Lets do the digital boogie… ‘Call Waiting’

As part of my ongoing quest to learn as much about sound and making sounds as possible (and as part of one of my sound design / showreel compositions) I’ve been working on a piece of what can only be described as ‘digital boogie’… I thought it might be useful to point out a few things I’ve done on this track that I think give it quite an authentic character and that I’m pleased with. Listen below!

As you can probably hear there are a fair few ‘retro’ sounds making their mark in this song. Firstly the drums are a sampled Yamaha RX21 drum machine, not as cool as its friends the RX 5 and 10 but still it suits this task well. It makes a pretty easy set up for this song in Logic’s EXS 24.

the sampled RX21 Kit
the sampled RX21 Kit

This is by all accounts a very simple set up, each sample being mapped to an individual key. The only exception is the kick drum which I layered with another to give it a little more ooooomph! One thing to mention here is that you’ll notice some of the drums are going to different outputs.. so I can manage them separately in Logic’s mixer.

Digital Boogie Bass

The bass for this song was created using the ES P which is not the most pleasant of synths to look at but certainly does the job..! No fancy modern VSTs for this song – download the ES P patch here.

The arrangement of the track is also quite simple, as I wanted to limit myself to under 10 instruments and run the entire song as a MIDI sequence, something I’m looking at more in my forthcoming multitimbral adventures…! I use a colour coding system for all my compositions, something I’d recommend if you’re working on multiple projects simultaneously.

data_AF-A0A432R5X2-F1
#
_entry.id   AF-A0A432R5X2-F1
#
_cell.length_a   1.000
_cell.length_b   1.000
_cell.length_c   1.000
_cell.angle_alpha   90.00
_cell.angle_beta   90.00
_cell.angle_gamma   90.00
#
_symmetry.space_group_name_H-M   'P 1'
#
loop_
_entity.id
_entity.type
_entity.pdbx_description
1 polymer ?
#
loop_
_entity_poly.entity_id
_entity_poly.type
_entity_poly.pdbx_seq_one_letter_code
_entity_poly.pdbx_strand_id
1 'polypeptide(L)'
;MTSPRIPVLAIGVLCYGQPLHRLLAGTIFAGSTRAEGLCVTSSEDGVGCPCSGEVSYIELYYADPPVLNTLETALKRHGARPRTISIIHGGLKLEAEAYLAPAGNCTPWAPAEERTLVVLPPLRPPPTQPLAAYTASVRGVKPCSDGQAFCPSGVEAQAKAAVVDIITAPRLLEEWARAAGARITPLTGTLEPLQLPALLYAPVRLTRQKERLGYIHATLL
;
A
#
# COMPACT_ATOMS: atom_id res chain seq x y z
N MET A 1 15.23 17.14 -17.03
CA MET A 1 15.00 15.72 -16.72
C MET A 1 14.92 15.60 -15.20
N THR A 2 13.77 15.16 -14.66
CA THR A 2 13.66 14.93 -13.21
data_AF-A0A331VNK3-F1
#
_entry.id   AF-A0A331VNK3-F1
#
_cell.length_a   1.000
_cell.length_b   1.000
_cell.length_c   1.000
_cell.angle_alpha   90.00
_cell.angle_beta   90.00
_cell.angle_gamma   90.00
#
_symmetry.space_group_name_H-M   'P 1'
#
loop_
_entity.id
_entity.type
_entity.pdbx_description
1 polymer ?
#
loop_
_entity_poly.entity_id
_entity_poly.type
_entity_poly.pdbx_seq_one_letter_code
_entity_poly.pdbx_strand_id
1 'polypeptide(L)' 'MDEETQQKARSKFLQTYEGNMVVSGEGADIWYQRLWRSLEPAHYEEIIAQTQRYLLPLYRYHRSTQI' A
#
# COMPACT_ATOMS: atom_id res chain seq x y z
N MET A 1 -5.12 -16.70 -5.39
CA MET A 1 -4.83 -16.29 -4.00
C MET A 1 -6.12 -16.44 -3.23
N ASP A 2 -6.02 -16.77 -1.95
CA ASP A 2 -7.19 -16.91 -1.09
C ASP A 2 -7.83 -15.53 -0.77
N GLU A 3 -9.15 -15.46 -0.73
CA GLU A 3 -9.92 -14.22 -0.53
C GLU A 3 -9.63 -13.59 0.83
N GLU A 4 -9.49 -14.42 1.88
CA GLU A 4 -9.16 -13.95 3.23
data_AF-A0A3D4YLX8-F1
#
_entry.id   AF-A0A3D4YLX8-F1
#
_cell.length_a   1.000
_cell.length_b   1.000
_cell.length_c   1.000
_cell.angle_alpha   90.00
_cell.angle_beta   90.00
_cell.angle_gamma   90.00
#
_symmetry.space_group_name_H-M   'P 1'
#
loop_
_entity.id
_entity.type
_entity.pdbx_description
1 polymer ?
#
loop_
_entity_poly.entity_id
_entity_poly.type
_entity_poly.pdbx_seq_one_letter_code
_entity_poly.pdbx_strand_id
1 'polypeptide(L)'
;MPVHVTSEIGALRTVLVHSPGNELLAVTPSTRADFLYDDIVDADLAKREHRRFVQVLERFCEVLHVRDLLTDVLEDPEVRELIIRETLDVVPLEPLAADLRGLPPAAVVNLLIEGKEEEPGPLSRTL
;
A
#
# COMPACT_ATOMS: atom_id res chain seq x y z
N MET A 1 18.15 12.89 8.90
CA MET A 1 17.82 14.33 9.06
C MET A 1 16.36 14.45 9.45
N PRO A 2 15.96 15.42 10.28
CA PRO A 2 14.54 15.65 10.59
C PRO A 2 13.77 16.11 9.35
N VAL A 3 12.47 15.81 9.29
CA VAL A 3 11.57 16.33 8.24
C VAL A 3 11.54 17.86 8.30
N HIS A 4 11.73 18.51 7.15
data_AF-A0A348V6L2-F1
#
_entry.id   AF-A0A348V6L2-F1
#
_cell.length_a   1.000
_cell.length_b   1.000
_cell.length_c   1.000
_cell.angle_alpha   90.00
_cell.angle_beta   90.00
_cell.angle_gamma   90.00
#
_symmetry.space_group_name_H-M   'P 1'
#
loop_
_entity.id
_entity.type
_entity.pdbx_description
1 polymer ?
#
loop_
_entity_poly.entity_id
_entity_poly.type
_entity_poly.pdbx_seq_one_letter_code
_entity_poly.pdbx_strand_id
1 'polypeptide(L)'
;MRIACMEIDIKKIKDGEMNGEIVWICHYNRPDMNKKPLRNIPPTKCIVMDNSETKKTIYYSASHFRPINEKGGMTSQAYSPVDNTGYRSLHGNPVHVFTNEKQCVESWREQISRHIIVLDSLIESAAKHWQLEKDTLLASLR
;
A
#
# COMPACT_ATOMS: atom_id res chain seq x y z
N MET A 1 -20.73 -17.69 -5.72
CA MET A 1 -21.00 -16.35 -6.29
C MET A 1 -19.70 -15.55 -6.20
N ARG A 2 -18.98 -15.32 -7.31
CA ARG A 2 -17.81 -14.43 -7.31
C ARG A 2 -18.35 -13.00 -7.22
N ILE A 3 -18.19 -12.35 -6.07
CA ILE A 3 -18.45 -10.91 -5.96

Digital Boogie Arrange

One thing to remember when creating ‘authentic’ sounding pieces of music is that you have to think about the availability of equipment / instruments / hardware etc there was in the period of your choosing. For this song it was quite suitable to use just 2 send effects, for which I chose a nice tape delay and plate reverb (both Logic plugins) and applied them to a variety of the instruments. Most notably on the stabby chords and lead synth parts.

Speaking of which.. those stabby chords were also made in the ES P! What a fantastically useful (if not slightly ugly) synth!

Digital Boogie Stabs

Digital Boogie Stabs - Plugins

I also used a couple of ‘old timers’ on the master for this tune, just to help in terms of gluing the mix together. The Puigchild 670 is a favourite of mine, and I don’t do much else except give it a little bit of help in the threshold department. The Kramer tape is a bit of a trial and error kind of affair, but can yield some nice results.

Ok ok… so this song isn’t going to break into the charts anytime soon, and I doubt you’ll catch kids listening to this on their iPods on the back of a bus, but there’s something to be said about going back to (almost) basics. If you’d like more info on the sounds in this song or any of the techniques I used then let me know!

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